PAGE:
Leroy Kemp

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Lee Kemp with his 7 Gold Medals earned during his wrestling career
Leroy Kemp
Medal record
Competitor for  United States
Men's freestyle wrestling
World Championships
Gold 1978 Mexico City 74 kg
Gold 1979 San Diego 74 kg
Bronze 1981 Skopje 74 kg
Gold 1982 Edmonton 74 kg
Pan American Games
Gold 1987 Puerto Rico 74 kg
Gold 1983 Caracas 74 kg
FILA Wrestling World Cup
Gold 1979 Toledo 74 kg
Gold 1980 Toledo 74 kg
Gold 1981 Toledo 74 kg
Gold 1982 Toledo 74 kg
World Super Championships
Gold 1980 Nagoya 74 kg
1980 Summer Olympics

1980 Summer Olympics boycott

Leroy (Lee) P. Kemp, Jr. (born Darnell Freeman on December 24, 1956 in Cleveland, Ohio) was arguably one of the most successful American amateur wrestlers ever in United States history, achieving unparalleled successs at the high school, collegiate and international levels.

Lee Kemp started wrestling in only the 9th grade at Chardon High School, in Chardon, Ohio and by the end of his high school career had compiled two undefeated seasons while winning two Ohio State titles in his last two seasons. His first state title included wins over the defending state champion and the previous years' state runnerup. Shortly after graduating from high school, Lee was one of only four American Junior wrestlers that recorded a dual meet win against a tough Junior Soviet team on their Ohio stop of an eight city United States tour, which resulted in 80 total matches being contested. Lee also won the prestigious Junior National Freestyle Tournament in July of that same year defeating a future 3-time NCAA Champion in the finals.

While competing for the University of Wisconsin–Madison Lee Kemp was a four-time NCAA Division I National finalist, winning the championship three times and placing 2nd, on a split referee's decision, as a true freshman at 18 years old. Lee recorded losses to only three wreslers in his collegiate career losing his last college match in the NCAA finals as a freshman, posting 110 wins and no losses against collegiate competition in has last three years, which included the historic win over the legendary Dan Gable in November of Lee's sophomore year, while he was still 18 years old. March 10, 2010 Inside Wisconsin Sports Article,"The Day Lee Kemp Beat the Great Dan Gable", by Mike Beacom.

Lee Kemp was America's first three-time World Champion, winning his first title in 1978 at age 21, establishing him as the youngest American world champion ever, a distinction he held for 30 years. Lee was a four-time World Cup Champion, 7-time United States Freestyle National Champion and was a heavy favorite for gold earning a berth on the 1980 United States Olympic Freestyle Wrestling Team, but was unable to compete because of the U.S. boycott of the Olympics.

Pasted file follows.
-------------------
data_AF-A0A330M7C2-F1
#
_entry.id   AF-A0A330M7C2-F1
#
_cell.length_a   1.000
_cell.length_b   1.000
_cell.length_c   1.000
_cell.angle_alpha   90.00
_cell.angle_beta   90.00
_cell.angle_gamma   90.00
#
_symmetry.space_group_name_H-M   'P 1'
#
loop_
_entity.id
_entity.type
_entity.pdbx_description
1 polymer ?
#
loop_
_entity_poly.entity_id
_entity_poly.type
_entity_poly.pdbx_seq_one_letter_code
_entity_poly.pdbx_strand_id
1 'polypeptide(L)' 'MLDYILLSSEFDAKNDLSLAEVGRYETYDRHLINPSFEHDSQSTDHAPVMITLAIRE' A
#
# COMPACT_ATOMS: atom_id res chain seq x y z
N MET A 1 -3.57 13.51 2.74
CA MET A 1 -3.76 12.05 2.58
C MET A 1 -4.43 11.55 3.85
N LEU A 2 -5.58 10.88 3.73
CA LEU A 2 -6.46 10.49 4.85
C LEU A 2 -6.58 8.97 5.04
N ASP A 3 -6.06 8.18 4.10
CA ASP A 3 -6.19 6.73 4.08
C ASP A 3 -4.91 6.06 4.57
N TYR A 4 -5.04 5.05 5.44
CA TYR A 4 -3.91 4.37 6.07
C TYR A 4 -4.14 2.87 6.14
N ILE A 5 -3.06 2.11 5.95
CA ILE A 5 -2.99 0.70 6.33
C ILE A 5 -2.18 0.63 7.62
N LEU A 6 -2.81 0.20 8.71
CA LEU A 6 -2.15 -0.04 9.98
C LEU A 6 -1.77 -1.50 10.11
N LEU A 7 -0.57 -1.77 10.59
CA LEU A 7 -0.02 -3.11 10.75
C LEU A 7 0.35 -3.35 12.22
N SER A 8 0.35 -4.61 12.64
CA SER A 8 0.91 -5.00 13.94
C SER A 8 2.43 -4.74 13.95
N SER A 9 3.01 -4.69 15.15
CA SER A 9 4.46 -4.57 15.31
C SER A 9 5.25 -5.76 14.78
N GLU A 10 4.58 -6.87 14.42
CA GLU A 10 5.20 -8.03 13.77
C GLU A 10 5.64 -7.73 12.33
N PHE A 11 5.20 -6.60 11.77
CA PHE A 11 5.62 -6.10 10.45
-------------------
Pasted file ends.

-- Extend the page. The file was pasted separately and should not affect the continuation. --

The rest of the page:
Kemp was inducted into the National Wrestling Hall of Fame and Museum in 1990. Then at the Beijing Olympics in 2008, where he was one of the freestyle coaches for the U.S., he became just the fifth American to be inducted into the FILA International Wrestling Hall of Fame.

Lee Kemp is currently the subject of a film documentary, entitled Ghost & Goblins, on his life scheduled for completion in July 2014, and is the co-founder and President of FORZA Technologies, a nutritional supplement company. FORZA is the official corporate sponsor of USA Wrestling and its national teams.

Early life[edit]

Kemp was born to a single mother, who eventually put him up for adoption. He was adopted by Leroy Percy Kemp and his wife Jessie. Darnell was their only child and after the adoption they legally changed his name to Leroy P. Kemp, Jr. The Kemps lived in Cleveland until Leroy Jr. finished 6th grade, when they purchased a 25-acre (100,000 m2) farm in Chardon, Ohio.

Wrestling career[edit]

High school[edit]

As a freshman at Chardon high school, Kemp got involved in wrestling after being cut from the basketball team. He made the varsity as a sophomore for the 1972 season and finished with an 11-8-3 record. The next two seasons he was an Ohio State high school champion and finished undefeated in his junior and senior years. His first state title included wins over the defending state champion and the previous years' state runnerup. His career record in high school was 78-8-3. Prior to matriculating at the University of Wisconsin, Lee was one of only four American Junior wrestlers that recorded a dual meet win against a tough Junior Soviet team on their Ohio stop of an eight city United States tour (which resulted in 80 total matches being contested). Lee also won the Junior Freestyle Nationals in the summer of 1974.